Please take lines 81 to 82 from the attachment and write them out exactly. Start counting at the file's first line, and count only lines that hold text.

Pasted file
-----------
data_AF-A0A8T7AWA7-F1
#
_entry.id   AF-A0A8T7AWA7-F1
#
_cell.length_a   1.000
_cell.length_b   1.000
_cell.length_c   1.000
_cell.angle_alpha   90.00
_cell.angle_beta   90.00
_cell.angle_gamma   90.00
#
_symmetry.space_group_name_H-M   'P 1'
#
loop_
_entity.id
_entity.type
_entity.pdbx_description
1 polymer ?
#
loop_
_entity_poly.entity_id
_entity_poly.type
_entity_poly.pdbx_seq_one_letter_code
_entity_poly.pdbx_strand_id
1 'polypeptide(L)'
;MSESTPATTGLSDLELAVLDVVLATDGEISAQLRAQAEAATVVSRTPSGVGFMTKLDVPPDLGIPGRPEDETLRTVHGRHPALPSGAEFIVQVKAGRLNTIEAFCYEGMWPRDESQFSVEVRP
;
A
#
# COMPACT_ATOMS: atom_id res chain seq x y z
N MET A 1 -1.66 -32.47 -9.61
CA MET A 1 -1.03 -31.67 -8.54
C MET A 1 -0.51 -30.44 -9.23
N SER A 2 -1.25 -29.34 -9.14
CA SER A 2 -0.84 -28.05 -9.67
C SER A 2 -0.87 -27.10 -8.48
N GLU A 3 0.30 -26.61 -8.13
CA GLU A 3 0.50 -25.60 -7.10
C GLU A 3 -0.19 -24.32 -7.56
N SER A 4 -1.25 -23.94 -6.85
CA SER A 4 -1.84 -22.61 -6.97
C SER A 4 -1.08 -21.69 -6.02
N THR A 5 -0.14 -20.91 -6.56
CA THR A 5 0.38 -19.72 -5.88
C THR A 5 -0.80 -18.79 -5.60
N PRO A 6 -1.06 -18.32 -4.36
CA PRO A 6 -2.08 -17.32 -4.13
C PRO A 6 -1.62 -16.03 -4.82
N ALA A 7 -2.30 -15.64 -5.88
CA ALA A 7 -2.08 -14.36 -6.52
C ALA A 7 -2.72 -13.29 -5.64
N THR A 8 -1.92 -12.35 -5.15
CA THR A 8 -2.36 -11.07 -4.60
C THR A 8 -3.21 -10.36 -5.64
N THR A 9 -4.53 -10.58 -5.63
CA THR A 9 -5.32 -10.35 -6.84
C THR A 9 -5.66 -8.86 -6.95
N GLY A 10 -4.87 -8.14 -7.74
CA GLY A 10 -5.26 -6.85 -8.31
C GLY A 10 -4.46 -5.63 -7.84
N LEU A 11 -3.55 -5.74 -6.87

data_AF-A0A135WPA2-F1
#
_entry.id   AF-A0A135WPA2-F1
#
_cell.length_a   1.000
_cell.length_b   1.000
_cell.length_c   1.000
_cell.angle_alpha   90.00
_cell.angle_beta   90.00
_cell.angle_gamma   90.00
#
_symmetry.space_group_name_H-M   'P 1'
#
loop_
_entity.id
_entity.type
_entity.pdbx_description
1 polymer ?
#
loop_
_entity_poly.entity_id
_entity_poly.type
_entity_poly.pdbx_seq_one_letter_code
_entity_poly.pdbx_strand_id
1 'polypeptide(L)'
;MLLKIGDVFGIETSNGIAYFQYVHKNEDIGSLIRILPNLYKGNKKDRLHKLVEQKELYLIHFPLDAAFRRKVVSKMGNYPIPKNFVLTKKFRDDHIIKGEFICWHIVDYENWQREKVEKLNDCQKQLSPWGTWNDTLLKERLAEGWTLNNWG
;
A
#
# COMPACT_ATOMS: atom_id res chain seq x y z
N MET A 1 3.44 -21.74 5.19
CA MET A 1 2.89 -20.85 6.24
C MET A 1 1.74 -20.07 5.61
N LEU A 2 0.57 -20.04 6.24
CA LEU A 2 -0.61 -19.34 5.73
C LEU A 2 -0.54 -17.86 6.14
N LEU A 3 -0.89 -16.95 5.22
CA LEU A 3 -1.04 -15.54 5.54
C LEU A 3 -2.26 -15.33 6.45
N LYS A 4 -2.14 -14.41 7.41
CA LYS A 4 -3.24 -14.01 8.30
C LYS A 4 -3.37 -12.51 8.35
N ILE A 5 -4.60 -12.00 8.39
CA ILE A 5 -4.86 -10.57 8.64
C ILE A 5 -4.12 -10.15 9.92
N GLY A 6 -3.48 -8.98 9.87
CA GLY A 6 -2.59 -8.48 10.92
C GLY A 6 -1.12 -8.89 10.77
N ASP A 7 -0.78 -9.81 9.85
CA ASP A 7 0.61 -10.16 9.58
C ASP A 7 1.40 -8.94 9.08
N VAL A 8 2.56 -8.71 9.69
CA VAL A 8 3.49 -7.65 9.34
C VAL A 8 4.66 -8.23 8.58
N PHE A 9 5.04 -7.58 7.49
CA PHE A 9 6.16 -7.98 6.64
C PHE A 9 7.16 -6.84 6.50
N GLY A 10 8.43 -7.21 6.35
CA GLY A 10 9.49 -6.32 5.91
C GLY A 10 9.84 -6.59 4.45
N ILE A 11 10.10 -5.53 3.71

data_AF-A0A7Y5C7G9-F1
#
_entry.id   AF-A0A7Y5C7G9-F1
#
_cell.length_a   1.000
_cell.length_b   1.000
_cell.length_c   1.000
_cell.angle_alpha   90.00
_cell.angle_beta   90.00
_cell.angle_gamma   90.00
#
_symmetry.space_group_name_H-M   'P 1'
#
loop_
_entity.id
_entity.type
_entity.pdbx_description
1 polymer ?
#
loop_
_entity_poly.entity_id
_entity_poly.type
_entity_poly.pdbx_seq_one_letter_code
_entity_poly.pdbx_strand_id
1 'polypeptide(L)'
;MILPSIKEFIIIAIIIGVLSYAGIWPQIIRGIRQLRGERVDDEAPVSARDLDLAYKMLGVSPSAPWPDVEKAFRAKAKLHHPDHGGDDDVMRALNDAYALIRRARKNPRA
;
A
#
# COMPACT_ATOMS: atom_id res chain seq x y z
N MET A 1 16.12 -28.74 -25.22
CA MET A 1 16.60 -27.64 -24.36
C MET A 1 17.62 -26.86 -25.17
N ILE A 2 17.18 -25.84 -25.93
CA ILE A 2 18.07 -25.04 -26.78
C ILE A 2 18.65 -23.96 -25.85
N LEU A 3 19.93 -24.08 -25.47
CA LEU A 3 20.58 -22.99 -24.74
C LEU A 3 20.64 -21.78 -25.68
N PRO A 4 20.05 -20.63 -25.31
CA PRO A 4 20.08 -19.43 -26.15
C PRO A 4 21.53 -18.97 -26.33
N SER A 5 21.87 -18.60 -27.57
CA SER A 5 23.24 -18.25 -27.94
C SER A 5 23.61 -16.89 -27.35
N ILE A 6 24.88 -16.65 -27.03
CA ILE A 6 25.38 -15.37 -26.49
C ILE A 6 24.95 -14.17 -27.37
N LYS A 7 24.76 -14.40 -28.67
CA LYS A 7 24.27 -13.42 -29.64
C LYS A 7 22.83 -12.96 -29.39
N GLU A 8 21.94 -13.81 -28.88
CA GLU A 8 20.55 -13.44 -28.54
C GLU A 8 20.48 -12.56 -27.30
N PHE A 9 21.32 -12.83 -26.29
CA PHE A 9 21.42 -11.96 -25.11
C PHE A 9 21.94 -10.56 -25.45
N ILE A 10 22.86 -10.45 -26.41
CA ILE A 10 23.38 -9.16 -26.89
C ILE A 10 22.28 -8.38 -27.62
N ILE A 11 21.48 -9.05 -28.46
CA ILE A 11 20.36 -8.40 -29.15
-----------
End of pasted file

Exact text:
loop_
_entity_poly.entity_id